As a therapist with a specialty in life transitions, I’m aware that even positive changes can make us feel unsettled. And lots of Americans have been going through what might be called “back to normal anxiety” as COVID-19 restrictions disappear and things appear to be returning more and more to what might be called “normal.”
Even something as simple as a change in routine takes some getting used to. People who are making positive changes in their lives are often unsettled by the temporary disappearance of old routines and settling into new routines. Routines often give us comfort in that they may help keep our lives in order. And people’s routines have been disrupted by the COVID-19 pandemic. And now–guess what?–routines for many are changing again.
“Back to Normal Anxiety” and 2020-21 trauma
A large number of people around the world have been going through trauma as a result of the pandemic. Whether it is related to fear of catching the virus, trauma as a result of you and/or loved ones catching the virus, losing a loved as a result, economic dislocation due to business failure or being laid off from a job, worry about being able to pay the bills, feeling triggered by the murder of George Floyd, protests from all across the political spectrum, or even the January 6 storming of the Capitol– 2020 and the first few months of 2021 have been among the most traumatic in recent memory.
Many people still feel vulnerable to the COVID-19 virus and they may not be wrong. The World Health Organization just issued a recommendation that even vaccinated people continue to wear masks at indoor public places, as did Los Angeles County. The Internet is filled with conflicting information about the pandemic and it might be hard to know who to believe sometimes. This could certainly feel “back to normal anxiety.”
If you are feeling such “back to normal anxiety”, it’s important to identify why you might feel that way. Do you feel that you are being forced into uncomfortable situations because you feel that things are opening up too quickly? Do you feel you are returning to a situation that didn’t feel too comfortable before the pandemic and which you dread now? Has being removed from a workplace caused you to reconsider whether you want to work there? Perhaps old feelings are starting to return that you’d forgotten about.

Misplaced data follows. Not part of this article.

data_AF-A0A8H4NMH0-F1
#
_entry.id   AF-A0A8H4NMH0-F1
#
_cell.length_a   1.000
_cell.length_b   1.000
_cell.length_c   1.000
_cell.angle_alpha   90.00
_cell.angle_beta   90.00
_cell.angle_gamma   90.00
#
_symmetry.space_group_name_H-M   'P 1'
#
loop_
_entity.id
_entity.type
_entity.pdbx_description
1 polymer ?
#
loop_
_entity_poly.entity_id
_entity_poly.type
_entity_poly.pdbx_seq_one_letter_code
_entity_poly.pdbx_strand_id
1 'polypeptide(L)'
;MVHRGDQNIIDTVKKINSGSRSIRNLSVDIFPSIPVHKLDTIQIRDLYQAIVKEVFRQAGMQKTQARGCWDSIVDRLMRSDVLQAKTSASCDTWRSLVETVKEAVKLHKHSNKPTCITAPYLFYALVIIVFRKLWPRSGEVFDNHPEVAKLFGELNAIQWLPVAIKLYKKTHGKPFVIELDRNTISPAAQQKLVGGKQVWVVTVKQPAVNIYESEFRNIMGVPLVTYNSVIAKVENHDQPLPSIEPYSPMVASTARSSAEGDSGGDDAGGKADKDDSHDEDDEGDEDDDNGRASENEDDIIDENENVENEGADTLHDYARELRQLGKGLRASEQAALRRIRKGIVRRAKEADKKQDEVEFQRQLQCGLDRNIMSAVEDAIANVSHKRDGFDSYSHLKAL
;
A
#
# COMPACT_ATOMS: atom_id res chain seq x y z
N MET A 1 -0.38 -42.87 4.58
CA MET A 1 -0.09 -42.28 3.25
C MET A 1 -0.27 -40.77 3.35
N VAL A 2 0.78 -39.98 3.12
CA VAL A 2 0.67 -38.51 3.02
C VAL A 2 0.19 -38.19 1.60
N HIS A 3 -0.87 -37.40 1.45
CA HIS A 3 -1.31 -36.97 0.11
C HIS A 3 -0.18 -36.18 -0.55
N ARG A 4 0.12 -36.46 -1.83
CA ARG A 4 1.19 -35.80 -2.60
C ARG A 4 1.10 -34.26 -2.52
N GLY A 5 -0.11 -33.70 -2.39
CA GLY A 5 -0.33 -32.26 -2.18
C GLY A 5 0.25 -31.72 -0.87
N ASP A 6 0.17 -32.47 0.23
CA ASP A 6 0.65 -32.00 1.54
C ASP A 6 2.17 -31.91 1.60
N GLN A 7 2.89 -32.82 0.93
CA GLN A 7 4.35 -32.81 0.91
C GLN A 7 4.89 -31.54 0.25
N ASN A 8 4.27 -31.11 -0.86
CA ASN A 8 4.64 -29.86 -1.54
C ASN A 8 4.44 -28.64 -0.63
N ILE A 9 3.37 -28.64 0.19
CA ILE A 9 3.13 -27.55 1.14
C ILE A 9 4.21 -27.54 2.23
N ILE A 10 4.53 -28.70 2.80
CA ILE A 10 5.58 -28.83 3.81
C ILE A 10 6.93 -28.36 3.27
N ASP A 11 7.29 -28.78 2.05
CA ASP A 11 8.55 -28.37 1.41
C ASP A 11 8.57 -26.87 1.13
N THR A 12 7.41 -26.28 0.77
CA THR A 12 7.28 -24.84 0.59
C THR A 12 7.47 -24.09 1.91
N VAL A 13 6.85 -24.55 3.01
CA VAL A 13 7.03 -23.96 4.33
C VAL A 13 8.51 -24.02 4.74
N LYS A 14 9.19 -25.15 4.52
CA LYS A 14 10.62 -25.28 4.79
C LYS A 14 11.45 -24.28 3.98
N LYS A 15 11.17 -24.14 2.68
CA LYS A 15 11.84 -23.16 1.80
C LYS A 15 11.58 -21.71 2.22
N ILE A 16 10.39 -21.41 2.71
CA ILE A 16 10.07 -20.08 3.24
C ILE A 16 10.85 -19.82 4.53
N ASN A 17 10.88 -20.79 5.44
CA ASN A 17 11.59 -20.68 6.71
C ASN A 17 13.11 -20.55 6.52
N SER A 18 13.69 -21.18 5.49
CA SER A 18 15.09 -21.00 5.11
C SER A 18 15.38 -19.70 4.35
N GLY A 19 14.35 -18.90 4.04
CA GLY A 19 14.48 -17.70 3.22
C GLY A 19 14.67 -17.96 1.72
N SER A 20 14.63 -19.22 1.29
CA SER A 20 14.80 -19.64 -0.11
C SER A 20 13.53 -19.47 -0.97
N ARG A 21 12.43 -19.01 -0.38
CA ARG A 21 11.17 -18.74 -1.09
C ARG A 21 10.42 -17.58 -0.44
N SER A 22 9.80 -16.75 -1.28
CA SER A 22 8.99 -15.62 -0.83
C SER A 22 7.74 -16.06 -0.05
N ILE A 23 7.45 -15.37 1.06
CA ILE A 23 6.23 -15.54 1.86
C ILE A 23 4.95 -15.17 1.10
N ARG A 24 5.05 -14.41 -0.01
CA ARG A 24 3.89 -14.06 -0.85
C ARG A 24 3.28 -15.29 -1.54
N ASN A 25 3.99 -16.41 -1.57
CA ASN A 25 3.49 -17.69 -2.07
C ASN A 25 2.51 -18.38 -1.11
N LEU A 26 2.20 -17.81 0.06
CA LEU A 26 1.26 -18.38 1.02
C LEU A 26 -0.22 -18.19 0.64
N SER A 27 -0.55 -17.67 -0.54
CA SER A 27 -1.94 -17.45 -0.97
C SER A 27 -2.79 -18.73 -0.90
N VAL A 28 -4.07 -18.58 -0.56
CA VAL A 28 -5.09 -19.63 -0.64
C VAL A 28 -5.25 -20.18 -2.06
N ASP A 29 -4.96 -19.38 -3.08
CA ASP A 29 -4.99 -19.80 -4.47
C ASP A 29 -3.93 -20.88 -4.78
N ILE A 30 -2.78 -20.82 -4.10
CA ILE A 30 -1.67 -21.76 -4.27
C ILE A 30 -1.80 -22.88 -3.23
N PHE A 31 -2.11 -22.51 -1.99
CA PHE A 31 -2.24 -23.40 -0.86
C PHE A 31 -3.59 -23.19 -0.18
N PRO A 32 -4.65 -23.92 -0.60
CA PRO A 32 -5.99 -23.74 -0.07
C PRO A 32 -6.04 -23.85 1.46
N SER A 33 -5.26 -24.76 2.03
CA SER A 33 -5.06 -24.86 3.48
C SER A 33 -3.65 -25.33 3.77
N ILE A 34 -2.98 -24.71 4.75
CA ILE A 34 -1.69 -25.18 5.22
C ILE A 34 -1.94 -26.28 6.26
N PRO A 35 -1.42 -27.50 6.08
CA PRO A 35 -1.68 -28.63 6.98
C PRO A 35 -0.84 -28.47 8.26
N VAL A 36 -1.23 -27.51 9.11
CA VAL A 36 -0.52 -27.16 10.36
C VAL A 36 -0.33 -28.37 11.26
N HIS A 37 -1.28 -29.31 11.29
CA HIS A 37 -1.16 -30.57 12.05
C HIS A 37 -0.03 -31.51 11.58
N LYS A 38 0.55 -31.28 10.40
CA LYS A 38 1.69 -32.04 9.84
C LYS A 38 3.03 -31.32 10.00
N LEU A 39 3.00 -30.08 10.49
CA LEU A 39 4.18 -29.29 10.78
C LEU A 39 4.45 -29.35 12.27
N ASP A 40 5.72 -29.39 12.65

Isolation has been a difficult consequence of the pandemic. You might be eagerly awaiting seeing friends and acquaintances again, but you might feel some anxiety about it at the same time. That’s normal and understandable. It isn’t natural for us to be as isolated as many of us have been. You’ve likely changed and so have your friends as a result of what has happened over the last sixteen months. For many of those who were going through other transitions before the pandemic–i.e. moving to a new place, a new career, a new job, or any circumstances that have changed things for themselves socially and otherwise–those transitions might have felt artificially extended by the pandemic.
It’s okay to feel how you feel
Your feelings are valid. It’s important to understand the reason for your feelings. And don’t let anyone tell you how you should feel. Not even therapists like me. Ultimately, it’s up to you to figure out why you feel a certain way about your situation. Friends or a therapist may suggest what they think about what you’re dealing with, but only you can decide if that suggestion is valid.
Don’t be afraid to seek help. Whether it’s from talking to family or close friends, or seeking help from a professional, it is important to acknowledge your feelings, identify where they are coming from, and address them. It’s especially important if you know you are dealing with trauma, an area I also specialize in.
I am taking new clients at this time. At this point, my therapy sessions are still happening via telehealth. Even after I start seeing people in person, telehealth will continue to be a possibility, especially for those living in other parts of Wisconsin outside Madison. You can contact me via this online form.